But are we not smarter than to fall for the media’s there-are-only-two-parties ruse?

Enjoy Every Sandwich October 9, 2008 at 1:27 pm

Although I am mostly unschooled in economics, I can’t help but notice that when politicians and other chatterers declare that the cause of the problem is “deregulation”, they never specify which regulations they’re referring to. Apparently, it is considered rude to ask them to be specific; journalists never ask. And, of course, asking them to establish the cause-and-effect relationship is utterly out of bounds.

Aside from all that, even if the “deregulation” meme is correct that would be a failure of the government–they make and enforce the regulations. What makes anybody think they’ll A) get it right this time and B) keep it right?

R Dub October 9, 2008 at 1:33 pm

Two Thoughts:
1. Obama Presidency is unacceptable because of his view of picking Supreme Court Nominees.
2. The lessor of two socialist evils is McCain because of reason number 1.

Nick October 9, 2008 at 2:03 pm

The other problem with McCain’s hail mary pass is that not only will it cost the government a ton simply to buy up these mortgages, but it could potentially allow these people make money on a bad deal, and leave the taxpayer’s holding the bill. I blogged about that today.

Michael A. Clem October 9, 2008 at 2:10 pm

This financial crisis, more than any other issue, shows how little diversity the alleged Two-Party system actually provides–they’re just two sides of the same coin, not really different at all.

DW MacKenzie October 9, 2008 at 2:51 pm

R Dub.

You may be right, but that is uncertain. McCain might well cut wasteful spending too. He does seem to despise misuse of taxpayer money funds (as he sees it). However, McCain approves of certian uses of taxpayer money that are troubling to many.

DWM, PhD

Franklin October 9, 2008 at 3:09 pm

“….I can’t help but notice that when politicians and other chatterers declare that the cause of the problem is ‘deregulation’, they never specify which regulations they’re referring to….”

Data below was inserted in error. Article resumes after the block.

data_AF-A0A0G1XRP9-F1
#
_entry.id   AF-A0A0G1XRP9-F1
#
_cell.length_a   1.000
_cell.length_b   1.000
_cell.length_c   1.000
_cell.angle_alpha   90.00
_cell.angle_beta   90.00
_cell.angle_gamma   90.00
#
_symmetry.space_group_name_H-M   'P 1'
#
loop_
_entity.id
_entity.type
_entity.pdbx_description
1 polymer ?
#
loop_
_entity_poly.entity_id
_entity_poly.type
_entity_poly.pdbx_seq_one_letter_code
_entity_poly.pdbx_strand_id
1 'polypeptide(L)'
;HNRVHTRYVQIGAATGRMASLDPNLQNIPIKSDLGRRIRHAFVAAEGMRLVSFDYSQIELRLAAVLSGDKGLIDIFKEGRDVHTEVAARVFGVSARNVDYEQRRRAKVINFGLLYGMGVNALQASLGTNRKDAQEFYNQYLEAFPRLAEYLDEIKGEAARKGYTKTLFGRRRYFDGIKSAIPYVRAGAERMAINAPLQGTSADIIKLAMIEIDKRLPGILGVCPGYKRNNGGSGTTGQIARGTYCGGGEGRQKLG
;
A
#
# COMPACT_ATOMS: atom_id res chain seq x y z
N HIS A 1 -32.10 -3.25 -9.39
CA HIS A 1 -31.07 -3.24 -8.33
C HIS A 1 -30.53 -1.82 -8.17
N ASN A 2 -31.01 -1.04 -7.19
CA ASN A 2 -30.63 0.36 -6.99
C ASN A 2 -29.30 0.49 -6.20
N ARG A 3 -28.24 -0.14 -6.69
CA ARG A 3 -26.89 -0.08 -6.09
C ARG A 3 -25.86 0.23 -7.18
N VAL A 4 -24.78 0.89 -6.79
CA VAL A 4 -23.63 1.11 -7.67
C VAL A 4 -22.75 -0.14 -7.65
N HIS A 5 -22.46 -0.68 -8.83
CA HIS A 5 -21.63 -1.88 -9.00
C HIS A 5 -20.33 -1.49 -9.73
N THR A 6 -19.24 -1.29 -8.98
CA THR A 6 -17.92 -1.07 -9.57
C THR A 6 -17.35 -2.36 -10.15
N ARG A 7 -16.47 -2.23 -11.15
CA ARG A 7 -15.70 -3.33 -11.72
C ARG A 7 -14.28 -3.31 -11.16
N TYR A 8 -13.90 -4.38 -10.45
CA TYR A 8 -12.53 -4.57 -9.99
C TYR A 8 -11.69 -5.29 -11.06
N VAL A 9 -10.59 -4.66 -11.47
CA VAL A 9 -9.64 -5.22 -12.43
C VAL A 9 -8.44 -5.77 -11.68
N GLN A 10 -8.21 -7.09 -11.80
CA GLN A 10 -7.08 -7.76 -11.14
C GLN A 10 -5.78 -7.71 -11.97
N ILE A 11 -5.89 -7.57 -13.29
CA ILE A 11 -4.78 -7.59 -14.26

Good point. However, I would say that they would have an easy time in answering (Now, I mean easy in the sense that a pol can provide a vague retort that will be acceptable enough for the complicit media and most of the electorate). For example…..

“Ladies and gentlemen, we have an SEC; we have a Treasury Secretary, a President…. Isn’t their job to regulate? What were they doing?! While many factors are causing the present meltdown, let’s take the excess borrowing……”

(I will not cite the uncreditworthy homeowner because the pol will lose the support of his constituency, which is comprised of uncreditworthy consumers. So we’ll just say, “excess borrowing.” Back to the response:

“… Ladies and gentlemen, was there not ‘deregulation,’ in the sense that rules were made more lax, credit became easier to come by? New rules, guidelines, ‘regulations’, were liberalized. Assignment of risk ran rampant and the oversight bodies did nothing. Chaos has ensued!!! I will re-regulate this industry!!!!”

While I am being facetious, there’s a hint of truth that half-baked deregulation caused the mess — allowing more liberalized spending without worry of failure. The banking institutions are generally protected, with regard to risk. No skin off their nose if the risk can be assigned elsewhere. Where is it assigned? To other institutions, other investors, bonds, insurance instruments, and sadly Uncle Sam (the taxpayer).